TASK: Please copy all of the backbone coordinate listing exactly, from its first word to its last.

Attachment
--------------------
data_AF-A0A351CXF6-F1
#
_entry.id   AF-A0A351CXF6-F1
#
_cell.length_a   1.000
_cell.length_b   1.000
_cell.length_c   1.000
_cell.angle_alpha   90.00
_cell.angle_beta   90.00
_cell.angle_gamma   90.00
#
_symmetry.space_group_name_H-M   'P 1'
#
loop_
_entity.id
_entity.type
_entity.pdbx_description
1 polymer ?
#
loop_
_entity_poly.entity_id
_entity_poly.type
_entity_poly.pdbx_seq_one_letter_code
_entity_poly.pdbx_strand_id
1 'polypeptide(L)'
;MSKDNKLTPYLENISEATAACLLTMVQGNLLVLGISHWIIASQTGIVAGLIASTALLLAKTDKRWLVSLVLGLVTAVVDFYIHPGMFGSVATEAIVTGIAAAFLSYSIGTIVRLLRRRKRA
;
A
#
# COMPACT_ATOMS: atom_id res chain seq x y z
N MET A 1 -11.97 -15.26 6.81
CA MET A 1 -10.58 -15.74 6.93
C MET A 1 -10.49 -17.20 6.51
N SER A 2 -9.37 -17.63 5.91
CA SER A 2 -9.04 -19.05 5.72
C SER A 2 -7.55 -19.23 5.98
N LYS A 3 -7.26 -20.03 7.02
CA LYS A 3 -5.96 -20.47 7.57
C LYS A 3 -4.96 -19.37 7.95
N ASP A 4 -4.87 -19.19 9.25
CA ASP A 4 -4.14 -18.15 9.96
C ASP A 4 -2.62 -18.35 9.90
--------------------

data_AF-A0A351CXF6-F1
#
_entry.id   AF-A0A351CXF6-F1
#
_cell.length_a   1.000
_cell.length_b   1.000
_cell.length_c   1.000
_cell.angle_alpha   90.00
_cell.angle_beta   90.00
_cell.angle_gamma   90.00
#
_symmetry.space_group_name_H-M   'P 1'
#
loop_
_entity.id
_entity.type
_entity.pdbx_description
1 polymer ?
#
loop_
_entity_poly.entity_id
_entity_poly.type
_entity_poly.pdbx_seq_one_letter_code
_entity_poly.pdbx_strand_id
1 'polypeptide(L)'
;MSKDNKLTPYLENISEATAACLLTMVQGNLLVLGISHWIIASQTGIVAGLIASTALLLAKTDKRWLVSLVLGLVTAVVDFYIHPGMFGSVATEAIVTGIAAAFLSYSIGTIVRLLRRRKRA
;
A
#
# COMPACT_ATOMS: atom_id res chain seq x y z
N MET A 1 -11.97 -15.26 6.81
CA MET A 1 -10.58 -15.74 6.93
C MET A 1 -10.49 -17.20 6.51
N SER A 2 -9.37 -17.63 5.91
CA SER A 2 -9.04 -19.05 5.72
C SER A 2 -7.55 -19.23 5.98
N LYS A 3 -7.26 -20.03 7.02
CA LYS A 3 -5.96 -20.47 7.57
C LYS A 3 -4.96 -19.37 7.95
N ASP A 4 -4.87 -19.19 9.25
CA ASP A 4 -4.14 -18.15 9.96
C ASP A 4 -2.62 -18.35 9.90